UNITED NATIONS – UN officials, diplomats and human rights advocates praised the life sentence meted out Monday to former Chadian President Hissène Habré, found guilty of crimes that include sexual slavery, homicide and kidnappings during his 8-year, iron-fisted rule.

“The delivery of this judgment marks a historic day for the people of Chad, the region and beyond, as well as for international criminal justice,” said UN Secretary-General Ban Ki-moon, in a statement delivered by a spokesman at headquarters in Manhattan. “The judgment sends a strong signal to those who would perpetrate serious crimes of international concern, including those at the highest echelons of political power, that they will be held accountable for their actions.”

Samantha Power, the U.S. ambassador to the UN, said she welcomed the decision of the Extraordinary African Chambers in the Senegalese Courts, which tried Habre.

“At long last, the people of Chad have received a measure of overdue justice for Habré’s eight-year rule of murder, torture and rape, during which an estimated 40,000 people were killed,” Power said in a statement. “I congratulate the people of Chad whose dogged, decades-long pursuit of justice made this day possible.”

Chad’s ambassador to the UN could not be reached for comment.

The judgment was seen as striking a blow against a measure of impunity that autocratic heads of state have enjoyed despite presiding over atrocious war crimes and crimes against humanity that draw condemnation from the international community.

The trial, which began in July, was conducted in Dakar and relied on testimony from 69 victims, 23 witnesses and 10 expert witnesses, experts said.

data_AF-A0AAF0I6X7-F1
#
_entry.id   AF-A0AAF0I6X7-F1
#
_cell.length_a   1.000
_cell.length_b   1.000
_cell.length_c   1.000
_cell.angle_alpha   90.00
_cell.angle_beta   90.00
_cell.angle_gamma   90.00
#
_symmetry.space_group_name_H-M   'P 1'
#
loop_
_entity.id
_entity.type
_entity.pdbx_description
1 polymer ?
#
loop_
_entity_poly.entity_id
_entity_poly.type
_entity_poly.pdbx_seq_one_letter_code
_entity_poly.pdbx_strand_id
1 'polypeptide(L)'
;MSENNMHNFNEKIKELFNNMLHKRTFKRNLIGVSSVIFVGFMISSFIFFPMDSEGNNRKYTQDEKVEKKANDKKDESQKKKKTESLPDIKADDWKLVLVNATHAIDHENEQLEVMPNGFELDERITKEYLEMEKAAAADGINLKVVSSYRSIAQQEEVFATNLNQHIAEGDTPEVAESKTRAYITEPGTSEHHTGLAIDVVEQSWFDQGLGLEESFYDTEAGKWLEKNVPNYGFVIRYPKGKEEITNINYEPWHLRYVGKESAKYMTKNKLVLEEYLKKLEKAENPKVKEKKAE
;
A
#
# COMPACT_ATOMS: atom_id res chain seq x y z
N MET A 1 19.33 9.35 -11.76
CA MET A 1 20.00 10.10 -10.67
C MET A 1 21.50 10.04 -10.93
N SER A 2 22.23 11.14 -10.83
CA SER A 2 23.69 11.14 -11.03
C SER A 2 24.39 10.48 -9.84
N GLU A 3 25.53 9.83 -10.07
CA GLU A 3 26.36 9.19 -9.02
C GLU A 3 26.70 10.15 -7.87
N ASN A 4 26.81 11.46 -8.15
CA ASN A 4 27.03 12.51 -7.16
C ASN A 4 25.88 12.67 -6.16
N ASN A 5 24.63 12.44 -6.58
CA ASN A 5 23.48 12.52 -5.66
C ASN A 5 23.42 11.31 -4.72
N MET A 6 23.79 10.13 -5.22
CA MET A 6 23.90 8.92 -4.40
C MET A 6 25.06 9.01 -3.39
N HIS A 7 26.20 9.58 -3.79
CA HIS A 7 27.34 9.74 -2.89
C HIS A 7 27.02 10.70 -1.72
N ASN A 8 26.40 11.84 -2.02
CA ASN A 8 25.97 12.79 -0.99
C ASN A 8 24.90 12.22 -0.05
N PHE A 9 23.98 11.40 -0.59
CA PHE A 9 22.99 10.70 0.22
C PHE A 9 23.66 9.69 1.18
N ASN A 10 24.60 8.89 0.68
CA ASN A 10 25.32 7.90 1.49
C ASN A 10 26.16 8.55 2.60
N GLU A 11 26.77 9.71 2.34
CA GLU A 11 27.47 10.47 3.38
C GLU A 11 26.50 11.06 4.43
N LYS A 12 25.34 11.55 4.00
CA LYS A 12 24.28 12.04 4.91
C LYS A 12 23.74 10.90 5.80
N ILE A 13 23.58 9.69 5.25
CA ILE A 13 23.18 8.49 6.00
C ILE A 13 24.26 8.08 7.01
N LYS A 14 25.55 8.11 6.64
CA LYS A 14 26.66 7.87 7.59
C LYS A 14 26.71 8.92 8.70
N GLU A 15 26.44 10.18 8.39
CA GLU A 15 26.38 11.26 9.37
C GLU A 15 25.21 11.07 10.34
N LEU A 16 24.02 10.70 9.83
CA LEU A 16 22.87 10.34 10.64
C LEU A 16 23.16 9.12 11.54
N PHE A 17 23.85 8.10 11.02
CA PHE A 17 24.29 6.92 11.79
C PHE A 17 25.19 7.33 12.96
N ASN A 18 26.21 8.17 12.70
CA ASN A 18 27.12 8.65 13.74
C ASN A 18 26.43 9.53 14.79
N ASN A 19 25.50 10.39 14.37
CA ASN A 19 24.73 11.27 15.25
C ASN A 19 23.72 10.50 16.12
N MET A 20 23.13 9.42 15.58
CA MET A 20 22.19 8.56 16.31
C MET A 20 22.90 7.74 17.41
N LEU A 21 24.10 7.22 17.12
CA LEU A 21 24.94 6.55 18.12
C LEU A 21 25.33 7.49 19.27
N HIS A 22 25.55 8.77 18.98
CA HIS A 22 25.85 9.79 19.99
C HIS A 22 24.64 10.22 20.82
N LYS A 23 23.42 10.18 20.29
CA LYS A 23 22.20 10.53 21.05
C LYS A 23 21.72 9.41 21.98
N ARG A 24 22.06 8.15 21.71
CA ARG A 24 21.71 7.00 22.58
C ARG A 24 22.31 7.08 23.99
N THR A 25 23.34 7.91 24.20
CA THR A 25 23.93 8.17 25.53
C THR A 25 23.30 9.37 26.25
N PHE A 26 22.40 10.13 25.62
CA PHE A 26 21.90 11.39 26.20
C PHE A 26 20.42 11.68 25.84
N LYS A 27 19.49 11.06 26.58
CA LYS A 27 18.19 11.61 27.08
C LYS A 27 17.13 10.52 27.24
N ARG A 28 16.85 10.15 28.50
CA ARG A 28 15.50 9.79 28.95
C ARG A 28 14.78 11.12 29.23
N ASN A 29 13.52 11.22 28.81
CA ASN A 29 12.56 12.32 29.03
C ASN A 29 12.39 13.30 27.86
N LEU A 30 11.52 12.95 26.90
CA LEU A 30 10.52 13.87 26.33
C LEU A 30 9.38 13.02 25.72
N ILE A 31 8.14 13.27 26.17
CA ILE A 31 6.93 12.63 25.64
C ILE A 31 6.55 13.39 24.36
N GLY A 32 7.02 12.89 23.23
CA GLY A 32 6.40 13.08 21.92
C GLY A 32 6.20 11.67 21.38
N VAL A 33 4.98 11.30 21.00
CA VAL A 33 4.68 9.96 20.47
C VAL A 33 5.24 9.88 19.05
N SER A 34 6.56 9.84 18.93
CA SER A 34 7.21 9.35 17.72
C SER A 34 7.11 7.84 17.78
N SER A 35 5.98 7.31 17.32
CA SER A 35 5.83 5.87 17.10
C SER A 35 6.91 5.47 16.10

advertisement | advertise on newsday

“It represents an important milestone for international criminal justice in Africa and holding former heads of state to account for sexual violence crimes through the use of universal jurisdiction,” said Zainab Hawa Bangura, UN Special Representative of the Secretary-General on Sexual Violence in Conflict. “It will certainly act as deterrence for further mass atrocity crimes in the region.”

Amnesty International West African researcher Gaetan Mootoo said the trial covered actions committed between 1982 and 1990, adding that Habre was found to have personally committed rapes.

“This verdict is a victory for those victims who fought tirelessly to ensure Hissène Habré could not get away with crimes under international law,” Mootoo said. “It demonstrates that when there is enough political will states can work together effectively to end impunity in even the most entrenched situations.”

Amnesty International said Chad’s National Commission of Enquiry estimated that 40,000 people may have been killed by Chad’s security forces between 1982 and 1990 and that they committed torture, arbitrary arrests, extrajudicial executions and enforced disappearances.

In 2012, after lobbying by victims and advocates to bring Habre to justice, African Union and Senegalese officials set up the Extraordinary African Chambers, an ad hoc tribunal inside of the Senegalese courts to review crimes committed during Habre’s tenure.

Jeanne Elone, program officer for Trust Africa, a Dakar-based non-governmental organization, wrote recently in the International Justice Monitor that the case may mark the first time that an African head of state has been tried in another African country.

“It is moments like these that other victims around the world can draw on in darker times when justice appears beyond reach,” Mootoo said. “It will nourish them with hope and give them strength to fight for what is right. This landmark decision should also provide impetus to the African Union or individual African states to replicate such efforts to deliver justice to victims in other countries in the continent.”